I got a workout in the Democratic Republic of Congo during a field visit there in March. But not the kind I expected. I got it sitting–or lurching–in the back of four-wheel-drive vehicles as they negotiated what pass for roads in Congo.
They’re mostly terrible–and they’re the first thing you notice when you cross the border from well-paved Rwanda. You get slammed. The vehicle hits swells of volcanic rock pushing up through the mud, and it pitches down into black ruts as it creeps through Goma, the capital of North Kivu province.
You could chalk it up to the conflict that has gripped this region for years, driving away investment and leaving what infrastructure there was in a state of compete neglect. But somehow, I think the problem is deeper even than that. It’s the legcay of decades of poor government. And it’s a function of distance. Kinshasa, the capital of a country that is the size of western Europe and where, at last, a democratically elected president finally sits, is so far away from these war-ravaged eastern provinces that it might as well be on another continent.
For the next three weeks, after crossing the border into Congo, I held on so tight to the edge of my seat to keep from flying off it that at the end of particularly arduous days my arms ached. But at least I had a ride. Most people get about on foot, streaming along the few dirt roads under enormous loads of wood for their fires, water for their households, harvests for market.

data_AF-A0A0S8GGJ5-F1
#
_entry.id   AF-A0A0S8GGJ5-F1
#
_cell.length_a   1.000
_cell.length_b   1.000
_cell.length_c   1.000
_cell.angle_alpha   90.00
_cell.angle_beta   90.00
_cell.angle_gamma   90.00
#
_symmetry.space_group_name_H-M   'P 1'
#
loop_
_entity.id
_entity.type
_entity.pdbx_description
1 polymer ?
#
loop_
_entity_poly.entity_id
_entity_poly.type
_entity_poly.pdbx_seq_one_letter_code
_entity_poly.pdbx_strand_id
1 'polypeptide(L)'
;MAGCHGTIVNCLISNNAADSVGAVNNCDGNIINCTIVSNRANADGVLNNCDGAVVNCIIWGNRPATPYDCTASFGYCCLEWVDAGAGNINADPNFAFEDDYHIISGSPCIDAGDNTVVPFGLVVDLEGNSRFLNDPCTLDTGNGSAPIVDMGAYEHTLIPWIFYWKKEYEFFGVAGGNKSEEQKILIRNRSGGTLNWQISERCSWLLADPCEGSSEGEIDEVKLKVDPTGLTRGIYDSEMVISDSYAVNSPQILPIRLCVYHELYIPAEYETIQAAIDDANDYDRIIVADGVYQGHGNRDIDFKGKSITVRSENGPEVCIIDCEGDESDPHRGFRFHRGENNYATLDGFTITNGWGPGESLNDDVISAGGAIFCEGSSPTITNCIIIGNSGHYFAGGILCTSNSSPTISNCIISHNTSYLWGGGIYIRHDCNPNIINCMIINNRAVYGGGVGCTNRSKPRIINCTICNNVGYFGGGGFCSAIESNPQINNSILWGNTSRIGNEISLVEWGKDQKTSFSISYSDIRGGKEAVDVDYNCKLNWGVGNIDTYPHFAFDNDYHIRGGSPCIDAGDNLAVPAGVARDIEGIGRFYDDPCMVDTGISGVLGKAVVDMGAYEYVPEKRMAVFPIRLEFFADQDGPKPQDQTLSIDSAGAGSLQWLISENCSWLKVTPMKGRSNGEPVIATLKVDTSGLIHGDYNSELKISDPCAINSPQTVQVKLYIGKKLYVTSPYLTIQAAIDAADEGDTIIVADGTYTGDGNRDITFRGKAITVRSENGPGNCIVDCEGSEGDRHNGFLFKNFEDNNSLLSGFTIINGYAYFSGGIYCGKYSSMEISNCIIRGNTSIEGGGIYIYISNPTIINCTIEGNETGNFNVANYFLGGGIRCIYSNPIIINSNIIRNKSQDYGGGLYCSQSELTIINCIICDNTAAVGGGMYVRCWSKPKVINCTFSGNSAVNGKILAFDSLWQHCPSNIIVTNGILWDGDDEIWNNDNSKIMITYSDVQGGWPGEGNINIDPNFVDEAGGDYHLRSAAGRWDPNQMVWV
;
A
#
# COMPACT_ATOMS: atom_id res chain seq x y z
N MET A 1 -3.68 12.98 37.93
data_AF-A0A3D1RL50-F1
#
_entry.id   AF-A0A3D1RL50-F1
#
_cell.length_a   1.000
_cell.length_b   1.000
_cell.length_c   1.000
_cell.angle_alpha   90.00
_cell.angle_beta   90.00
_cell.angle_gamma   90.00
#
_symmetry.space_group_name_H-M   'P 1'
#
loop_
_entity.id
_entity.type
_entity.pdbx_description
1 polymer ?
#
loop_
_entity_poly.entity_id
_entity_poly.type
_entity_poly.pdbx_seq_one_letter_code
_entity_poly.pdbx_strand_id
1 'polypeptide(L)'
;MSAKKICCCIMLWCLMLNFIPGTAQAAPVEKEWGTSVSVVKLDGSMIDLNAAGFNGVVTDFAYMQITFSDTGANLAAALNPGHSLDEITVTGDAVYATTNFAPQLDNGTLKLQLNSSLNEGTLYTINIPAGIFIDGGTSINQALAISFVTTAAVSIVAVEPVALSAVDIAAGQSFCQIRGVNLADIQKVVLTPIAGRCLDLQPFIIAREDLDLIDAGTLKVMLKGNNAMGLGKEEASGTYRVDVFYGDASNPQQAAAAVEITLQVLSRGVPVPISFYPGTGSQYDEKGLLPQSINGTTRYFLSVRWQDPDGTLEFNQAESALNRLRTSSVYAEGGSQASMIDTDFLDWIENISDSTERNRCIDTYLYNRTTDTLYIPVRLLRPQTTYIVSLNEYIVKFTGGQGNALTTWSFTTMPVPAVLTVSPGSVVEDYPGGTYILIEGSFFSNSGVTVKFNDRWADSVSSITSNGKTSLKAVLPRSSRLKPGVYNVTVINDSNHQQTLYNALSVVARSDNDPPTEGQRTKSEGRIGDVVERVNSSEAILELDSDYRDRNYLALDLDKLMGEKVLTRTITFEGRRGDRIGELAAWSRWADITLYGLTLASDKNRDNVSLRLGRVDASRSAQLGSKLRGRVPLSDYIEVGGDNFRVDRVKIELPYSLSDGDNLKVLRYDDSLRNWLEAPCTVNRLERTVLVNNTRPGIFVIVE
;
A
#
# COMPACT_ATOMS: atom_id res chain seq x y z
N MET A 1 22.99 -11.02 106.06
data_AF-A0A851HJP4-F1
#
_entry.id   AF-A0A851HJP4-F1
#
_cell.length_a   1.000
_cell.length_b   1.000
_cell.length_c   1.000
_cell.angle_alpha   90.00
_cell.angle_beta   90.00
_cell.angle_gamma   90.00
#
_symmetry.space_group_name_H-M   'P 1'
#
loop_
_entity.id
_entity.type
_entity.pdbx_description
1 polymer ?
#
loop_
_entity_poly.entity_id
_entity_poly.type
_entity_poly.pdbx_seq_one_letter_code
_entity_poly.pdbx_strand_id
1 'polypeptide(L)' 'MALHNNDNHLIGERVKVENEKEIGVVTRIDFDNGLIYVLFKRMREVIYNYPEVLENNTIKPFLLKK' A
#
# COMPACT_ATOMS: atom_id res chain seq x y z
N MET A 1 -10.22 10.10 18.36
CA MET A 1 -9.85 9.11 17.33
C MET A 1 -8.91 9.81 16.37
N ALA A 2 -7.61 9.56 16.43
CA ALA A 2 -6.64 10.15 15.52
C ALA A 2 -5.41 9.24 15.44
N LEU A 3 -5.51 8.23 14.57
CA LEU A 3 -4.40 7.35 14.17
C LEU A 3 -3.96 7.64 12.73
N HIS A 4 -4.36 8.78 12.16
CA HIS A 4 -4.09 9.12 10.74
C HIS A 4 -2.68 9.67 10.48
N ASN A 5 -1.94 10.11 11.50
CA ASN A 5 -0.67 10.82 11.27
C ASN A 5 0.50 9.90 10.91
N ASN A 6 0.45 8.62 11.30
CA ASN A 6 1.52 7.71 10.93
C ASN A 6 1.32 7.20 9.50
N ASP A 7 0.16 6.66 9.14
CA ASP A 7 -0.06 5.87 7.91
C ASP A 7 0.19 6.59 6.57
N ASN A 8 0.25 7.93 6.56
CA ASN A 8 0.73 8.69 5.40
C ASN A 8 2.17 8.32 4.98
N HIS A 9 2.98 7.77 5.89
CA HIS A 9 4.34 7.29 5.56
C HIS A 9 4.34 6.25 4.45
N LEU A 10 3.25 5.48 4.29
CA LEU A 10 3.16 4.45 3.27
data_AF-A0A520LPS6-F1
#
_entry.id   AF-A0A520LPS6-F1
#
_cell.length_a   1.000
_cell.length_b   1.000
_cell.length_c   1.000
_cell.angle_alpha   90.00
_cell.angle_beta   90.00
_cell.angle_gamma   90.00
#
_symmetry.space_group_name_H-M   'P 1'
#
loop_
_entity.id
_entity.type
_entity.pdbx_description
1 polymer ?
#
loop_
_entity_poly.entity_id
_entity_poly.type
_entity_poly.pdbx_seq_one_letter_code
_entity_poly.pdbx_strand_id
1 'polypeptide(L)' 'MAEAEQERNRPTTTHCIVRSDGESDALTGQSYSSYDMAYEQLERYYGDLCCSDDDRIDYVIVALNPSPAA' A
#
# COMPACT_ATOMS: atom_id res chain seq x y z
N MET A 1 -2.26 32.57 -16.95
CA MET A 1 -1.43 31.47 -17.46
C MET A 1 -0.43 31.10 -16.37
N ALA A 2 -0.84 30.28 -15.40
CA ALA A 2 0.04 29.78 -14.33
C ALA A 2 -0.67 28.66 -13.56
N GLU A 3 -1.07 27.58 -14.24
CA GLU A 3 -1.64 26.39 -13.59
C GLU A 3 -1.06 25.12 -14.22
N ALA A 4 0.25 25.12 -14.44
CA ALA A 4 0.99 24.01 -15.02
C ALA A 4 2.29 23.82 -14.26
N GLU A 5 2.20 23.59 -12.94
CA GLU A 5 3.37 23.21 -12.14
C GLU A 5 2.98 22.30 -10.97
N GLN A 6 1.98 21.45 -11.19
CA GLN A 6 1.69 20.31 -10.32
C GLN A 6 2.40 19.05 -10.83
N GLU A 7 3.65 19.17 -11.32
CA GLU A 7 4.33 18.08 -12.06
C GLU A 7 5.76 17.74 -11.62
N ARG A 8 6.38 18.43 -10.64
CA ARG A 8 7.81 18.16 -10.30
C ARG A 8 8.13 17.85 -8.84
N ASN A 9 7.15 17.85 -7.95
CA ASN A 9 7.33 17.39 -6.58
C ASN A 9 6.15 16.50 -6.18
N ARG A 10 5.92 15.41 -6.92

On some days, some roads are not even passable by vehicles. Rain made the mountain road from Bukavu to Uvira too sloppy to risk. So we crossed back into Rwanda where the road was straight and paved, preferring the hassle of repeated border formalities to skidding dangerously through mud.
But on the way back, we took the mountain route, a long orange-red ribbon of road snaking up the ridges above a wildly rushing river. The road was spookily narrow, especially when trucks towering with people and goods lumbered down around the curves toward us. It felt like a game of chicken.
But in Congo, this business about the roads and the limited number of vehicles on them is not a game, not when you’re sick–with cholera, anemia, a pregnancy gone awry–and need medical treatment fast. Not when conflict has reduced you to intolerable poverty and help can’t reach you.
“Sometimes, (pregnant) women die because we can’t get them to a hospital,” says Nyakupita Wabinwa, president of the management committee of the Kabimba health center outside of Uvira. Emergency food supplies have piled up for people in remote parts of the region, adds a UN official in Uvira, but unless there’s enough money to fly it in, they won’t get it because the roads are so poor, or non-existent.
An Oxfam program manager put it this way: “If you want security here, you should put roads first. If you want to improve living conditions for people–roads, security.”